DC readies for Saturday protests as police chief says it may be ‘largest we’ve had in the city’

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The nation’s capital is bracing for what could be its largest protest yet on Saturday since the death of George Floyd, expanding a massive fenced perimeter around the White House, even as they send home hundreds of active-duty troops who were stationed outside the city.

Over 10 days of protest, the border outside the White House has progressively been pushed back with extensive fencing and barricades. It now extends to the far outskirts of a park complex known as the Ellipse near the National Mall.

Law enforcement officials said they’d pushed the barrier back even further in anticipation of a major event on Saturday.

“We have a lot of public, open-source information to suggest that the event on this upcoming Saturday may be one of the largest that we’ve had in the city,” Peter Newsham, chief of police of the Metropolitan Police Department of the District of Columbia, said at a press conference on Thursday morning.

It was not clear how many would show up to Saturday’s demonstrations but #1MillionDCSaturday was trending on Twitter in a call for 1 million people to march on the capital in protest of police brutality.

U.S. Park Police told McClatchy DC it was using “intelligence to monitor upcoming events” but would not divulge details that could “pose a hazard to the public and police.”

At the same time, Mayor Muriel Bowser wants all non-D.C.troops out of the city. All 900 active duty military police brought to bases around Washington, D.C., following the civil unrest after Floyd’s death are heading home, the Department of Defense said Friday.


The troops were staging in the Washington, D.C., area at Maryland's Andrews Air Force Base and Virginia's Fort Belvoir as President Trump said he may use the military to help quell violence and looting.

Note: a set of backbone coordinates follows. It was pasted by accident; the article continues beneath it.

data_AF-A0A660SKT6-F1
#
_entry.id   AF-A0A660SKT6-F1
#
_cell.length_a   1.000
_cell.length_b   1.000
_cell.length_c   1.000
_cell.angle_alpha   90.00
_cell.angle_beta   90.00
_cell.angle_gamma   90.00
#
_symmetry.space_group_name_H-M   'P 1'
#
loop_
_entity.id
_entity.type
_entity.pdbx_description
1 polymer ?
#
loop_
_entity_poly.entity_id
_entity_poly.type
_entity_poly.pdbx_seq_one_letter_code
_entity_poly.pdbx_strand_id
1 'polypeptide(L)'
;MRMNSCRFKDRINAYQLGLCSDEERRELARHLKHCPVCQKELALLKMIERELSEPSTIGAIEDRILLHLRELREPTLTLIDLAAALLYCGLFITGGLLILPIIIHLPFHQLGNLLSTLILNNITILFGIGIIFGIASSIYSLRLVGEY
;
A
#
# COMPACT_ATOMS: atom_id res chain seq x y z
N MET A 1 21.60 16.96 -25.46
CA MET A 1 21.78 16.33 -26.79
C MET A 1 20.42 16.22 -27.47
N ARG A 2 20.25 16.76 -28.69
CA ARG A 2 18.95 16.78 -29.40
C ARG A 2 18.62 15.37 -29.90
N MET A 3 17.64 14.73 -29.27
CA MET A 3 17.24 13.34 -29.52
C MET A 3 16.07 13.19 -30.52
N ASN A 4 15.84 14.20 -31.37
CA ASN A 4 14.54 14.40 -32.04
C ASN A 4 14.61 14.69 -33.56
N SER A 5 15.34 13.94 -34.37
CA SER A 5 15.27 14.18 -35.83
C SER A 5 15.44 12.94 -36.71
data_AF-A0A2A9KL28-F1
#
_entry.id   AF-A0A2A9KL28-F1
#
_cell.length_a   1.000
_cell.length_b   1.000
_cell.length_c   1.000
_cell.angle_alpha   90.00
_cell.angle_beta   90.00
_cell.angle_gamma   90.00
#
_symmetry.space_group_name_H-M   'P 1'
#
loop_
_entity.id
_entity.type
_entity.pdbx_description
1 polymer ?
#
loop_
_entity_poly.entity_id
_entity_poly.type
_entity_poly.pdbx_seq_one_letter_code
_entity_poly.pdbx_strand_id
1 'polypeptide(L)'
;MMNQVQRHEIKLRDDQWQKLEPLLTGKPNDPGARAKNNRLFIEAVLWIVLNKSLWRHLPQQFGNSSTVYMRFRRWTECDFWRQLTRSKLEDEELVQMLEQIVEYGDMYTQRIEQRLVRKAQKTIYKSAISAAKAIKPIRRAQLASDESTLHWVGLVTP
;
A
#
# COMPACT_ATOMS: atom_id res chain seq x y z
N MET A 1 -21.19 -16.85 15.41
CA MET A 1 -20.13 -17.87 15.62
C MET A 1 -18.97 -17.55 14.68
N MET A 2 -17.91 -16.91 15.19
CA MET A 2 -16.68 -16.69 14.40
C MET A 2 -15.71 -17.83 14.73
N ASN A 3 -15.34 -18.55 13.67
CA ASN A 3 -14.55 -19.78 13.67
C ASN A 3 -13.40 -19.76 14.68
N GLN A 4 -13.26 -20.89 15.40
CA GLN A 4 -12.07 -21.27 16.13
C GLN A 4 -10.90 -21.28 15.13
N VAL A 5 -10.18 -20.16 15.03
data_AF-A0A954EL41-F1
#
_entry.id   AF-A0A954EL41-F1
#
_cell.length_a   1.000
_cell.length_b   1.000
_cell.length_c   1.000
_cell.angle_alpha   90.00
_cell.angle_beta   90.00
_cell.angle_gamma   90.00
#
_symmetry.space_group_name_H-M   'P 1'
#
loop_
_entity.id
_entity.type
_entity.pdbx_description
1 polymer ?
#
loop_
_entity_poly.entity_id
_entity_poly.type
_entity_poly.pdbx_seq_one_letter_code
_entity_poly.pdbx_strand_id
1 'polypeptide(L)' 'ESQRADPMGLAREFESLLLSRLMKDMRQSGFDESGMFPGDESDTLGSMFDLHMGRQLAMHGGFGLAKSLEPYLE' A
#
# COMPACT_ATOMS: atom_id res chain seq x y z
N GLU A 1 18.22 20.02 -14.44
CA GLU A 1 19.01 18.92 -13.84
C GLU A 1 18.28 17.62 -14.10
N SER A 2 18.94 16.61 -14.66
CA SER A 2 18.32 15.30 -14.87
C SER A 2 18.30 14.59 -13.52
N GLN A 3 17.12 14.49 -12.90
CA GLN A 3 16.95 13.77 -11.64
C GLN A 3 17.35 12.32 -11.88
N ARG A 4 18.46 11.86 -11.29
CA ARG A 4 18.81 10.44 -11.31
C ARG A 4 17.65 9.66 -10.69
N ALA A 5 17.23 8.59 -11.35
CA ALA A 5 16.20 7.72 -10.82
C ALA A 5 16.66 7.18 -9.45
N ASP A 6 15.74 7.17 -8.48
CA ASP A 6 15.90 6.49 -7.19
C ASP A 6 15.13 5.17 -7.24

Trump would have to invoke the Insurrection Act of 1807 in order to take such measures, as military involvement with domestic law enforcement is generally prohibited. The last time the Insurrection Act was used was in 1992 during the riots in Los Angeles that followed the acquittal of four police officers charged in the beating of black motorist Rodney King.

On Thursday, principal deputy press secretary Hogan Gidley told reporters that “all options are on the table” for the use of military forces to clamp down on American protesters.

Press secretary Kayleigh McEnany told reporters this week the president has the “sole authority” to invoke the act, after Defense Secretary Mark Esper said it wouldn’t be necessary at this time.


Esper said the nationwide protests -- which have, in some cases, turned violent and led to property damage and looting -- did not warrant the deployment of active-duty military.

"The option to use active-duty forces in a law enforcement role should only be used as a matter of last resort and only in the most urgent and dire situations," Esper said Wednesday. "We are not in one of those situations now. I do not support invoking the Insurrection Act."

The active-duty troops were available but were not used in response to the protests.

However, more than 4,500 National Guard troops are still deployed to D.C. and various federal law enforcement officers are also patrolling the city, which has drawn the ire of lawmakers and advocates who are concerned about the militarization of the city and what they consider overzealous policing of peaceful demonstrations.

Meanwhile, Bowser fought the president on the deployment of  National Guard troops from different states to the city. She said she only requested the 100 D.C. National Guard troops to line the perimeter of the White House, in a limited role and unarmed.

House Speaker Nancy Pelosi sent a letter to Trump Thursday asking for a full list of agencies involved and clarifications of the roles and responsibilities of the soldiers and federal law enforcement resources operating in the city. Democratic leaders were aghast by the use of force and chemical agents to clear a park Monday of peaceful demonstrators shortly before Trump left the White House for a photo op with a Bible in front of St. John's Church, which had been damaged by fire.

"We are concerned about the increased militarization and lack of clarity that may increase chaos," Pelosi's letter said.